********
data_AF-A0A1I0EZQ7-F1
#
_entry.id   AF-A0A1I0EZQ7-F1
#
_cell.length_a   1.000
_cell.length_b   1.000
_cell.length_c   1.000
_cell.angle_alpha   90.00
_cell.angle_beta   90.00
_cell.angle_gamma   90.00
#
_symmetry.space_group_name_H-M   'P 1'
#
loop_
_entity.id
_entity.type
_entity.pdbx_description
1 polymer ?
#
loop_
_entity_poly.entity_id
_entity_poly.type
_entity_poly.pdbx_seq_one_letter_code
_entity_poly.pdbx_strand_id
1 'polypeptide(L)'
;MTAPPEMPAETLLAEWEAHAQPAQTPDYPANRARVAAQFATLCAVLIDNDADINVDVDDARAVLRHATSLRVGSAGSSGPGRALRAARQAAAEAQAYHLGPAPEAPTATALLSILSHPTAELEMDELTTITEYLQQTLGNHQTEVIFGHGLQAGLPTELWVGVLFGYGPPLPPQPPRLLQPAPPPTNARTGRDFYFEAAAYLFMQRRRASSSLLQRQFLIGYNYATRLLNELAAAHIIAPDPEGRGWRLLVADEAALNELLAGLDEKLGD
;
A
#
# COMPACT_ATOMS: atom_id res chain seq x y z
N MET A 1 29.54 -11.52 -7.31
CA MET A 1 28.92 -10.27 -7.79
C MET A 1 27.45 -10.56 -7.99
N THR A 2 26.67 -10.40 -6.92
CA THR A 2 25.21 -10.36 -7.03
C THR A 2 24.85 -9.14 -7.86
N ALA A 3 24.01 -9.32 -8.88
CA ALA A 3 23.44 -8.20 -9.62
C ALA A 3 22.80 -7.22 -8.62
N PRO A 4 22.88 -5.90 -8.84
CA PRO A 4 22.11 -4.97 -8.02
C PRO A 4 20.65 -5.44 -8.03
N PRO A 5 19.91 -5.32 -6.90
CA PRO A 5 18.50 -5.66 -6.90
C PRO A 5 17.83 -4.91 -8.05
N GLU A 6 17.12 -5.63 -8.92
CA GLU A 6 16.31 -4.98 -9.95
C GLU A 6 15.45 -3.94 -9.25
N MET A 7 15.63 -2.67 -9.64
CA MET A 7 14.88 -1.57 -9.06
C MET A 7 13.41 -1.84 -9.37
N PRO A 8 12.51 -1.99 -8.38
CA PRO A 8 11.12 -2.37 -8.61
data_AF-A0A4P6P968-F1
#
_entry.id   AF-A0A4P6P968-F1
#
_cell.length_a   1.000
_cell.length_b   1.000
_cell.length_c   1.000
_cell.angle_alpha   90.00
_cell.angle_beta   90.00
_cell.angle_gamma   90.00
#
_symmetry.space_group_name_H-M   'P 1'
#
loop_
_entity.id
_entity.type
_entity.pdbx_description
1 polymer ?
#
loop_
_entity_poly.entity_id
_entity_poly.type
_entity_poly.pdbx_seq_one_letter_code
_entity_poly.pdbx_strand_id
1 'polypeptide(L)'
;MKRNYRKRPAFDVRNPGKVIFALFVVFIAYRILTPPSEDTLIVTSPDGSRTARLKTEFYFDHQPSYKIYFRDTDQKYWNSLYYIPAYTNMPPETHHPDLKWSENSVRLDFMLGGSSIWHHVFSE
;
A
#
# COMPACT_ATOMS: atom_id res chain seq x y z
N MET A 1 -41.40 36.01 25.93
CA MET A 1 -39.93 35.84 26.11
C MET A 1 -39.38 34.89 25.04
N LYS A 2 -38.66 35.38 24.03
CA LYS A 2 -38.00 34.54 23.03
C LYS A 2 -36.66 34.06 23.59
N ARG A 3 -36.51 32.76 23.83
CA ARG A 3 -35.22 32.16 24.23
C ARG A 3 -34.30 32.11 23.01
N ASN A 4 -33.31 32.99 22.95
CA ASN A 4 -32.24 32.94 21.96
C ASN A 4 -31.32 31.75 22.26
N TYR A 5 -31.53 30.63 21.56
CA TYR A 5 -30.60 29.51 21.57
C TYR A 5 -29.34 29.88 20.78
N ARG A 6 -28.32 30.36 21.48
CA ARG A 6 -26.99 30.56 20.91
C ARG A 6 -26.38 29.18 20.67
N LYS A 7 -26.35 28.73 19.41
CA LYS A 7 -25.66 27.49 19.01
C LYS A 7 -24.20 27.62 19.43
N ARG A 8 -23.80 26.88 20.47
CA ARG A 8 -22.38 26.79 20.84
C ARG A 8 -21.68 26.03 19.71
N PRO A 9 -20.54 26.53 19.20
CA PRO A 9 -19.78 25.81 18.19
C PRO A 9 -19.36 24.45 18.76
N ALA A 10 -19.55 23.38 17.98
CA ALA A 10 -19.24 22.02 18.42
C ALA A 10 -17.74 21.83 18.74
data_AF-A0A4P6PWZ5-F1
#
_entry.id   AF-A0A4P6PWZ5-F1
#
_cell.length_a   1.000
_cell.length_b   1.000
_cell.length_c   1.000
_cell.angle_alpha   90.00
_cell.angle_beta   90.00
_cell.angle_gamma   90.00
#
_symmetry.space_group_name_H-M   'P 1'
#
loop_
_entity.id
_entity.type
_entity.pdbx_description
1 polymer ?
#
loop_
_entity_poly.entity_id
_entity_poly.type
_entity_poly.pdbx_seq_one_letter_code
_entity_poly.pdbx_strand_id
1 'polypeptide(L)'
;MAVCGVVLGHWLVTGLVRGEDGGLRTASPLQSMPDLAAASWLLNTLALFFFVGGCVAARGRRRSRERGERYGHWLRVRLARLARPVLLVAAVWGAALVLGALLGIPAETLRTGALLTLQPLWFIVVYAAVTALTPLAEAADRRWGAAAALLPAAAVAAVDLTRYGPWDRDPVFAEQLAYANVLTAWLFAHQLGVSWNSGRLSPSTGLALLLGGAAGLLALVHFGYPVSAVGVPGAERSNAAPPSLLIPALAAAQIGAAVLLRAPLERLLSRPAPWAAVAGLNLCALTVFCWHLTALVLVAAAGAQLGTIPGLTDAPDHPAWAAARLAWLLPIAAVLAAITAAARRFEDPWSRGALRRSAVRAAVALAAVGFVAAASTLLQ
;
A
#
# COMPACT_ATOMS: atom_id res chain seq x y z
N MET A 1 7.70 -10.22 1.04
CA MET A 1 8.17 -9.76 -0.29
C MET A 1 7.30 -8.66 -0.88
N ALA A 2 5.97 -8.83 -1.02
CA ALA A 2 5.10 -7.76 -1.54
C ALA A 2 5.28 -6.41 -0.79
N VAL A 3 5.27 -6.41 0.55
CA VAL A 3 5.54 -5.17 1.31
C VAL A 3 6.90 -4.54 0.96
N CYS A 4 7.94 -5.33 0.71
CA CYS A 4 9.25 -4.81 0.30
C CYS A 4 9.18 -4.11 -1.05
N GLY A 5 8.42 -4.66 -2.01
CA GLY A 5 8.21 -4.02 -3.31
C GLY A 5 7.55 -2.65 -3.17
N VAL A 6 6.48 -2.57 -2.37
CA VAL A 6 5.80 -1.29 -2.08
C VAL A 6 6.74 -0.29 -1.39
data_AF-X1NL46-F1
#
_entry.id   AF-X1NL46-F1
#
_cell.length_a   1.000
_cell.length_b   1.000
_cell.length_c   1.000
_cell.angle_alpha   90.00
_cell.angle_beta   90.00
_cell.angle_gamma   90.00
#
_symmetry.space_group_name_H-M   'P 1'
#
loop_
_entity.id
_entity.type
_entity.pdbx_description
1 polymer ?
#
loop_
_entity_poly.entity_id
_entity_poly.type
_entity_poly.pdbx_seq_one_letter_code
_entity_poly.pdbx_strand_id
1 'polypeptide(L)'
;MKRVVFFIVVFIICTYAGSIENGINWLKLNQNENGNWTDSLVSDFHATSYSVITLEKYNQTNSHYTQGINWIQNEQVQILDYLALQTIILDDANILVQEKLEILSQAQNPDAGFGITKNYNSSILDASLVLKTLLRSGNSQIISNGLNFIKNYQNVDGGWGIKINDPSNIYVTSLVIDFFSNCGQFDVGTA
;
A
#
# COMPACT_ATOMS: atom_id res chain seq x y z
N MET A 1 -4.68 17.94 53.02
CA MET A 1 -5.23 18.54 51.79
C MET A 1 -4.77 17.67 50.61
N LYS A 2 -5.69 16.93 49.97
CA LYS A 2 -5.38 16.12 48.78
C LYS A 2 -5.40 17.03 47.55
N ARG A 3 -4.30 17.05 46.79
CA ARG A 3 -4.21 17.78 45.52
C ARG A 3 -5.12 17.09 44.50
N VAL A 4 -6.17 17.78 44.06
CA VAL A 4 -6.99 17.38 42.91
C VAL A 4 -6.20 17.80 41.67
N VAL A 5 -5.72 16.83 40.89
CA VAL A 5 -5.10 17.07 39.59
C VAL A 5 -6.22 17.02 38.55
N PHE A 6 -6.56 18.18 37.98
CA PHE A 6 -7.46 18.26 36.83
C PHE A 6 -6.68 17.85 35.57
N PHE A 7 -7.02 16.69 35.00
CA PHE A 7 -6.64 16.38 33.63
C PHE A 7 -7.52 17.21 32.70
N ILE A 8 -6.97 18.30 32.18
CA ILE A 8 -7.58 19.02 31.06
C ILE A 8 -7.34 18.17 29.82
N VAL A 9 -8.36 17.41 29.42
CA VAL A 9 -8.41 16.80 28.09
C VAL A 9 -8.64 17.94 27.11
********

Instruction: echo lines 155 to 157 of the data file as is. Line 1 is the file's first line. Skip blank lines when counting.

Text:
C CYS A 4 9.18 -4.11 -1.05
N GLY A 5 8.42 -4.66 -2.01
CA GLY A 5 8.21 -4.02 -3.31